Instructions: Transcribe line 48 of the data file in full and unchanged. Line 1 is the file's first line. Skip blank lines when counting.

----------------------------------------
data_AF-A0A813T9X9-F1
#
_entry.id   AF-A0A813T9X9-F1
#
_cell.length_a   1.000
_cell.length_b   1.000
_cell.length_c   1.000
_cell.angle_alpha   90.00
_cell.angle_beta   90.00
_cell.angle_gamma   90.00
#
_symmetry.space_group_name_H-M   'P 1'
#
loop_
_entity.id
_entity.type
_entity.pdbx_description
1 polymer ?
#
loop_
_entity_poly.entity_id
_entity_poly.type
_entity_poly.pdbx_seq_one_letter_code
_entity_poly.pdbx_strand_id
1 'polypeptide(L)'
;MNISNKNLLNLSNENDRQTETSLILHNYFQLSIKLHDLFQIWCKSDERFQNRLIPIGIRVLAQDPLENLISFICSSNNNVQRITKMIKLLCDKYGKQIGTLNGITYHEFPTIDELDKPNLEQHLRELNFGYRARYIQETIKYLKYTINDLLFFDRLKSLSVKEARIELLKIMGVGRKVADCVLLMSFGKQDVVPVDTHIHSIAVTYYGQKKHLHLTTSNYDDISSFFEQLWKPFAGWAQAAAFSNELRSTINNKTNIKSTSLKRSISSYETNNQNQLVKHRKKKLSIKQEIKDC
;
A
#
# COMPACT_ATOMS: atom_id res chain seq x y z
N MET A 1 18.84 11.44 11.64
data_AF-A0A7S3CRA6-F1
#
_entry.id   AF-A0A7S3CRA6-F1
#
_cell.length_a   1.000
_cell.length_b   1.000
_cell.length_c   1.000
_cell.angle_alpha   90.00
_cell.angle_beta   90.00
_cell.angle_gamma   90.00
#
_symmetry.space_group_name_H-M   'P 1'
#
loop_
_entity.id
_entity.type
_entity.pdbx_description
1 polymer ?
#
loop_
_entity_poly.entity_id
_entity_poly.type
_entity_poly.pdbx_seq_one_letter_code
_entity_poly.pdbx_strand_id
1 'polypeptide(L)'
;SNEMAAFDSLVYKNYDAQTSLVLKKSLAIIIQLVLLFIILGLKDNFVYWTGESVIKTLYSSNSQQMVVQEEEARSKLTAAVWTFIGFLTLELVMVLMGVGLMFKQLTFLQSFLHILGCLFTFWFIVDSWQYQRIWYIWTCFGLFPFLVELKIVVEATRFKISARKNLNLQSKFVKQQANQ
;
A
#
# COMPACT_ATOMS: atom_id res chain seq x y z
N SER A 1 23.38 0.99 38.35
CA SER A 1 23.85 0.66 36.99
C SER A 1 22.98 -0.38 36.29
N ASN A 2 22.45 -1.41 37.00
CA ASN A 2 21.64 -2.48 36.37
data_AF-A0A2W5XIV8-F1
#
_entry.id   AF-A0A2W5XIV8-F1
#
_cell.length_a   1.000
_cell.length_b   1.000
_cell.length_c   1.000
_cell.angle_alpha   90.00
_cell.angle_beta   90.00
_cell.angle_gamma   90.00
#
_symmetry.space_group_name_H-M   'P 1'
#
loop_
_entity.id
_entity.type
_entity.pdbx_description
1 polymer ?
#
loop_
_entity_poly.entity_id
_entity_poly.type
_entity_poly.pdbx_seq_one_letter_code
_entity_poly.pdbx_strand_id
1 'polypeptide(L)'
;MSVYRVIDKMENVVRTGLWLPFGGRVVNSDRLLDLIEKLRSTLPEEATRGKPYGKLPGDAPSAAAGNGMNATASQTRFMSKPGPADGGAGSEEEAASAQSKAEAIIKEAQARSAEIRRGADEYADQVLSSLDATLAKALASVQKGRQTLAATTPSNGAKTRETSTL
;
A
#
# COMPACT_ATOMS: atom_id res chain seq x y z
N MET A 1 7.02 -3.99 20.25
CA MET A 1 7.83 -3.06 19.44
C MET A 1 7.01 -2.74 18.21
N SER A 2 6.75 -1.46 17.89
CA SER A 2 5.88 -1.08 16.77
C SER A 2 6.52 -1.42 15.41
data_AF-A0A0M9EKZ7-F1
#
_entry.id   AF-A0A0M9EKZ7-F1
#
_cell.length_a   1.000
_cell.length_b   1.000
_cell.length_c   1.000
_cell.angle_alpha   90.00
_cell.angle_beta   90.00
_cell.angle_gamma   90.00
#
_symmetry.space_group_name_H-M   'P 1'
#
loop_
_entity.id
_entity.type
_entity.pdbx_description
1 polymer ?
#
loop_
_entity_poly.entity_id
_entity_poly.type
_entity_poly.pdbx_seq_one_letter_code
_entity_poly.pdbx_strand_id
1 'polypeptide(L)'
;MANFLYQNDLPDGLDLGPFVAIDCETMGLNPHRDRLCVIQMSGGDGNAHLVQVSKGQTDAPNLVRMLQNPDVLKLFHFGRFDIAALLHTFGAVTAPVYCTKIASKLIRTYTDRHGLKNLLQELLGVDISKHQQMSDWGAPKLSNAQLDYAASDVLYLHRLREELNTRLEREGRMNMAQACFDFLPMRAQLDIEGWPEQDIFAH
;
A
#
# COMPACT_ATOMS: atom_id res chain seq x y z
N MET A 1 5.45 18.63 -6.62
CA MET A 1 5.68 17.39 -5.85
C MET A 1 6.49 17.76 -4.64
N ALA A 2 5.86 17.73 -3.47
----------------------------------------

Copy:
_entity.pdbx_description